November 8, 2012
Positive about Purdue group marks 25 years
Positive about Purdue group members are, from
left, Nancy Cross, senior associate athletics director; Gerald Krockover,
professor emeritus of earth, atmospheric, and planetary sciences; John Sautter,
senior advisor for the Purdue Alumni Association; Nikki Horner, who was
associate director of the alumni association before retiring; and Don Gentry,
who was dean of the College of Technology and vice provost for engagement
before retiring. (Purdue University photo/Mark Simons)
A group that meets regularly to discuss the great things happening at Purdue is celebrating its 25th year in existence this semester.
The Positive about Purdue group began meeting in December 1987. That year, John Sautter, now senior advisor for the Purdue Alumni Association, was one of six University employees who endeavored to create small groups that would meet regularly to share positive news about Purdue. Twenty-five years later, all those groups have disbanded -- except for Sautter's.
"I think one of the reasons we've stuck together is because we so enjoy each other's company, and we're all deeply committed to Purdue," says Sautter, who was formerly vice president for housing and food services. "We've all come to look forward to learning what's going on in each other's lives and sounding off about the great things on campus."
The group consists of five members: Sautter; Nancy Cross, senior associate athletics director; Don Gentry, who was dean of the College of Technology and vice provost for engagement before retiring; Nikki Horner, who was associate director of the alumni association before retiring; and Gerald Krockover, professor emeritus of earth, atmospheric, and planetary sciences. A sixth member, Robert Britt, who was director of the Purdue Student Health Center (PUSH) before retiring, died about three years ago.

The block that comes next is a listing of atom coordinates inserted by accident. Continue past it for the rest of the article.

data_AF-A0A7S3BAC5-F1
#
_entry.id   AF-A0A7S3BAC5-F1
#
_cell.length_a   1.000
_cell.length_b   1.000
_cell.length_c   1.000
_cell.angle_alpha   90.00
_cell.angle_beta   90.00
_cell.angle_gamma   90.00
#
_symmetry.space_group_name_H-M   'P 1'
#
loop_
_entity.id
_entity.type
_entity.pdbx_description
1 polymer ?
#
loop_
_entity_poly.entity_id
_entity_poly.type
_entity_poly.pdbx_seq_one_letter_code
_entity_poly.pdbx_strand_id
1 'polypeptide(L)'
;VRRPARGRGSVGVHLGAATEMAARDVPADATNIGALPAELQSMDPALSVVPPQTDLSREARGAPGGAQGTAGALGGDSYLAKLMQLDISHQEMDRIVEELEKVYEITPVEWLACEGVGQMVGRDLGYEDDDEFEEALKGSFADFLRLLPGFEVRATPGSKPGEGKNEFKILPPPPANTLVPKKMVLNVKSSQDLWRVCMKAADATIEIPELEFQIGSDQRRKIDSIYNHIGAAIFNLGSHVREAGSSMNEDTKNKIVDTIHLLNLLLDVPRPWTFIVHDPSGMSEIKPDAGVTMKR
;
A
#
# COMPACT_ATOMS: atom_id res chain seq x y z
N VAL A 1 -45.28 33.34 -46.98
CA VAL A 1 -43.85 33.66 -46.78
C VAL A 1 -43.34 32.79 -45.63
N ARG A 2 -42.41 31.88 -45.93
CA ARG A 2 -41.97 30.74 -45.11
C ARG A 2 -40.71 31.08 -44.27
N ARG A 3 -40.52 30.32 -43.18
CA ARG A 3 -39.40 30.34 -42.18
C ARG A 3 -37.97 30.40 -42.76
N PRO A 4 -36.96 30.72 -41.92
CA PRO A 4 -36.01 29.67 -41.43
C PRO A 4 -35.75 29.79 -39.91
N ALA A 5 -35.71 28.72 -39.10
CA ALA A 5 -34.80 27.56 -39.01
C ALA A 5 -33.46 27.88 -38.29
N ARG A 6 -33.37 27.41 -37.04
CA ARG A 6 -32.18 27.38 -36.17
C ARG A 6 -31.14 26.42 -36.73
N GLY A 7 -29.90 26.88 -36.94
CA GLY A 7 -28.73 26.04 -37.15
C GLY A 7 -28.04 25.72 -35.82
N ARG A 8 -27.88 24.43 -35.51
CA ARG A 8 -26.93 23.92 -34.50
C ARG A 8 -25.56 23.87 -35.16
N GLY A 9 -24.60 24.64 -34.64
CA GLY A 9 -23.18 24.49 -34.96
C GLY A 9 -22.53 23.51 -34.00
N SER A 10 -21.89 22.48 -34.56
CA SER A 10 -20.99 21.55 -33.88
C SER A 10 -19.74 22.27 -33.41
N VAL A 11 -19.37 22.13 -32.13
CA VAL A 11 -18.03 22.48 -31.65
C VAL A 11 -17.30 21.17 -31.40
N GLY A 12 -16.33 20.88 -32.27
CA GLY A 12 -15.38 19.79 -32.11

The group has met for lunch at some of campus' most iconic locations, including at the 50-yard line of Ross-Ade Stadium, in Mackey Arena's new addition and on the Loeb Playhouse stage in Stewart Center. The group also has dined in places such as the flight simulator at the Purdue Airport, the wine cellar in Nelson Hall of Food Science and Discovery Learning Research Center.
In addition to their camaraderie and shared love of Purdue, the group's professional diversity keeps meetings lively and interesting, members say. Plus, the group offers an opportunity for members to talk with fellow Purdue employees without the pressure of an agenda.
"When we get together, there's truly no agenda other than to have a good time being positive about Purdue," Cross says. "It's a good way to re-energize and recharge."
This semester, the group marked its 25th anniversary with a low-key lunch at the John Purdue Room in Marriott Hall. The scene was, members say, typical of Positive about Purdue meetings -- personal updates were mixed with a healthy dose of good-natured ribbing. Once the topic of conversation turned to the University, the group discussed their excitement about incoming President Mitch Daniels and other major on-campus happenings
Although the group has witnessed the tenure of several University presidents, half a dozen football coaches and even more changes to college and school leadership, there's one thing they know won't change: The group will never stop meeting or being positive about Purdue.
"The common thread for all of us is that our Purdue pride overflows," Gentry says. "Through thick and thin, we're loyal to Purdue -- and we always will be."Writer: Amanda Hamon, 49-61325, email@example.com